In one way I was the unluckiest man in the world to have suffered as I did. But nothing can change that. And on the other hand I was also the luckiest man to have survived, and to have the love and support of the most beautiful, caring woman right by my side. Without Tania, those dark days would have been far too painful to bear and I probably would have thrown in the towel and given in to defeat.
One of the things I admired in Tania was that after everything I had been through, she still loved me for who I was. Physically I was no longer the man she had fallen in love with. My body was curled and broken beyond repair, but she looked past this and saw deep within me. She told me many times that our love had not diminished in any way: it just had grown stronger. Without Tania by my side, I don’t think I would have survived to tell this story. So much has been taken from me, and I have learned a valuable lesson from my experience. That lesson is not to judge what is on the outside, because it doesn’t matter how you look or what you can or can’t do, the beauty within is the most important thing of all. Tania sees this beauty, and encourages me to keeping fighting and striving for more. She became my eyes, my voice and my protection: she is my angel sent from above.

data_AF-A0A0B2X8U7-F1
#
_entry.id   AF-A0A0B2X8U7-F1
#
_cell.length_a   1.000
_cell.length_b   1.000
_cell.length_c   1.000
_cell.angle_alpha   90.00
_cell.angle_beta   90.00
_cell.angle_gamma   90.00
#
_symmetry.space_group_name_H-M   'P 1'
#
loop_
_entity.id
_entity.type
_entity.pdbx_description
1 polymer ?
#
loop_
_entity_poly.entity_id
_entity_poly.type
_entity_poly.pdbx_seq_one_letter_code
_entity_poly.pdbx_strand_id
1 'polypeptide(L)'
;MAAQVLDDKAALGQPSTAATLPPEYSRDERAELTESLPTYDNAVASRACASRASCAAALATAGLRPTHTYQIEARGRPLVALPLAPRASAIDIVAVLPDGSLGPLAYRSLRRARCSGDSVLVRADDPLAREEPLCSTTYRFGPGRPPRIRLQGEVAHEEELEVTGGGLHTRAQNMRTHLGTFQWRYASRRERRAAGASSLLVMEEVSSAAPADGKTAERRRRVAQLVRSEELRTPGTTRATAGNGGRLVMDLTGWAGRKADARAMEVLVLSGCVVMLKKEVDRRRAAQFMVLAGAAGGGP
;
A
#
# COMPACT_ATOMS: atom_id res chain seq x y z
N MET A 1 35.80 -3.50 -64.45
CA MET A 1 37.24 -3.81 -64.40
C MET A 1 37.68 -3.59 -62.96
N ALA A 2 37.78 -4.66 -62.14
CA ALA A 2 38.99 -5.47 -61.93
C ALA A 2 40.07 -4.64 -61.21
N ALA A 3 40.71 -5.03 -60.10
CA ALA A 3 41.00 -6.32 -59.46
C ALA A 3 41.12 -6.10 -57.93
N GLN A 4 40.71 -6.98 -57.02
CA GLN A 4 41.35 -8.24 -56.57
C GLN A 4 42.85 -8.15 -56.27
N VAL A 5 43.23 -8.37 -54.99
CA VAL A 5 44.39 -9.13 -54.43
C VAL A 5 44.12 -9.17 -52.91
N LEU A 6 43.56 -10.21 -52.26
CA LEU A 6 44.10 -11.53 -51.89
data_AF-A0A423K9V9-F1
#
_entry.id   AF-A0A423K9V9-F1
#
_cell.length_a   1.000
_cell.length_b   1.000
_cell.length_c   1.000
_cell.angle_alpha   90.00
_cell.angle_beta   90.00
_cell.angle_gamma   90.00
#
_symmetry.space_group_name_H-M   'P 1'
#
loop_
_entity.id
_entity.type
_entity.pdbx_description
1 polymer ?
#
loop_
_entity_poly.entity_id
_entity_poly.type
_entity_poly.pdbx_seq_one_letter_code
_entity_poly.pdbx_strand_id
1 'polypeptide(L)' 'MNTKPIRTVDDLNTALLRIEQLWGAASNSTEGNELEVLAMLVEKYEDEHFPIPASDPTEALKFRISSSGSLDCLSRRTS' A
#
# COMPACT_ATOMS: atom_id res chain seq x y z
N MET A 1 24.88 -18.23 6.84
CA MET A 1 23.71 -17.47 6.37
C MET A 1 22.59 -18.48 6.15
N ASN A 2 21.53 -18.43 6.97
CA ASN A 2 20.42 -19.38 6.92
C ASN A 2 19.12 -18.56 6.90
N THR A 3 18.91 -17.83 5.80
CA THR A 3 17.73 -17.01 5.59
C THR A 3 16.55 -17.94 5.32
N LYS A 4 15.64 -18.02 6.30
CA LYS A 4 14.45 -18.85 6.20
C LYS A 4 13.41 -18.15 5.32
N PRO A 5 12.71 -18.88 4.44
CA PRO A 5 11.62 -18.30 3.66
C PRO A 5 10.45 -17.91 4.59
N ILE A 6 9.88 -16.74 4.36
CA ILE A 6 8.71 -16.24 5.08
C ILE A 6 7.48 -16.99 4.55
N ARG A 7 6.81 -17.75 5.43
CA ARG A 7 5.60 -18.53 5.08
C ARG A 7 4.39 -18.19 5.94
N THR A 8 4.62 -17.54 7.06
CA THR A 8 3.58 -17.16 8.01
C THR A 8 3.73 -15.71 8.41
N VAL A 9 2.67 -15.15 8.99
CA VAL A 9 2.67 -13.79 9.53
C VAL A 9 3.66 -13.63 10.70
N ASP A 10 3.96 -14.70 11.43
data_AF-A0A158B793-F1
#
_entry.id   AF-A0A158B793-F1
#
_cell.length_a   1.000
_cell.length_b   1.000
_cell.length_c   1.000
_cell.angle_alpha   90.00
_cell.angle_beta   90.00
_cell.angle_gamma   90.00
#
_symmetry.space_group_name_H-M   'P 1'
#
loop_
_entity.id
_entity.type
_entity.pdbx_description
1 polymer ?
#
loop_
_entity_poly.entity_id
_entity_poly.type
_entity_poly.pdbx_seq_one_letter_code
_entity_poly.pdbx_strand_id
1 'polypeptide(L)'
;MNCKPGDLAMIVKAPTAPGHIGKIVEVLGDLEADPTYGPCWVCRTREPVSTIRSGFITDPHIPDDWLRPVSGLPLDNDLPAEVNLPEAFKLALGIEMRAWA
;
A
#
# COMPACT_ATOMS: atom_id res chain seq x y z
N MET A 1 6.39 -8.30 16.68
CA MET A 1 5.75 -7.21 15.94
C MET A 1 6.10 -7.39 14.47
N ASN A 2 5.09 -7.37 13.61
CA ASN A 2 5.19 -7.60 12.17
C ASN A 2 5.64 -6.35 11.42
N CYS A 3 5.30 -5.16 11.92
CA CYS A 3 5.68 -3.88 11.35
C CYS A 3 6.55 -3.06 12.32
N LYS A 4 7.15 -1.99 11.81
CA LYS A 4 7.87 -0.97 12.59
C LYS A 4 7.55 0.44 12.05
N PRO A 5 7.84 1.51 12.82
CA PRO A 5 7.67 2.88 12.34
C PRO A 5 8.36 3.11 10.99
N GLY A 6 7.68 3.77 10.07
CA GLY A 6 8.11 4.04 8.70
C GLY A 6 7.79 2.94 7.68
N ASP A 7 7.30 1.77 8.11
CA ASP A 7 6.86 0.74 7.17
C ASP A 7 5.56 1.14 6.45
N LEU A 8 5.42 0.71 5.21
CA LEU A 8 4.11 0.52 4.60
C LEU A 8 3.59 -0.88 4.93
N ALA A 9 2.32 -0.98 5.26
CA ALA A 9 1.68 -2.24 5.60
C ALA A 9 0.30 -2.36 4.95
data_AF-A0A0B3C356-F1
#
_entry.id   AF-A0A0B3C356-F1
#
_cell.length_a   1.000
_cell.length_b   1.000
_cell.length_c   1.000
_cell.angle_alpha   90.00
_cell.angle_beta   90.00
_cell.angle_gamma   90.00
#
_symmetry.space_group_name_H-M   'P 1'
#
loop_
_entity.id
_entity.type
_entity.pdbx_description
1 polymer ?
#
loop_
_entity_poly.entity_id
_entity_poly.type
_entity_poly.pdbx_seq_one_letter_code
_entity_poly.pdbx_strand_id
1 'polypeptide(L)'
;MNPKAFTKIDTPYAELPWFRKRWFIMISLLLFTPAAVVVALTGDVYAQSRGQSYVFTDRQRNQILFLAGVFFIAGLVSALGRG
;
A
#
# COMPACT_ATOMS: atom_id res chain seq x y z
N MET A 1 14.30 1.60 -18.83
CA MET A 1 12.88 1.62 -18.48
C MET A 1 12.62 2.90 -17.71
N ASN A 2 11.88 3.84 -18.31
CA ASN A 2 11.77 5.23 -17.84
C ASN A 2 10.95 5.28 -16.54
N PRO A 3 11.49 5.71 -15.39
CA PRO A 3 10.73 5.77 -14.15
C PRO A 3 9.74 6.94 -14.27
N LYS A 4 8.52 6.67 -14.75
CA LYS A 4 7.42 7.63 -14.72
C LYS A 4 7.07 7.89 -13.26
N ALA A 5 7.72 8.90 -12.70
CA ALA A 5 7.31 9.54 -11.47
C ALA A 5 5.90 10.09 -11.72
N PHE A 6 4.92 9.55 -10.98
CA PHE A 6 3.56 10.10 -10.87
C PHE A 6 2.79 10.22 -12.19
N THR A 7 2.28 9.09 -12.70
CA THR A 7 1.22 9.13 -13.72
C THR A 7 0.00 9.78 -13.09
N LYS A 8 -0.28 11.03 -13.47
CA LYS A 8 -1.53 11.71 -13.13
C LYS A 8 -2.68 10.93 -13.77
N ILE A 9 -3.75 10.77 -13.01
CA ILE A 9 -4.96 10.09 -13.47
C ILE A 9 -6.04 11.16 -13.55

Life has certainly thrown many challenges and obstacles at us. It has not been an easy road. For two young people, Tania and I have certainly been through a lot. Some may say we have been unlucky. But out of these dark days we have developed strength, courage and perseverance to cope with whatever life puts before us. We are better people for having experienced this journey together. It has taken years for me to develop my confidence again and finally accept that this is the way my life is meant to be. Since I have accepted these changes, the struggle and suffering have disappeared. I am happy and content in every way. I cannot venture out into society as much as I used to, and when I do, people sometimes stare at me as if I am a freak. But that’s okay, I’m me and I’m proud of what I have achieved.
Although each day is not easy, I constantly work at my rehabilitation to try to maintain the body movement that I have. I hope that one day I will walk independently. This is my dream and something I will keep striving for. Sometimes we don’t realise how lucky we are to be able to walk on our own: we just take it for granted.
After everything that has happened to me, the things I miss the most are the simple things. It might sound silly, but I would give anything to be able to mow the lawn, wash the car or weed the garden. Sometimes our lives get so complicated that we forget the simple things, we forget to slow down and get back to basics. But let me tell you, once you can’t do these things, you certainly wish you could get back out there and do them all again.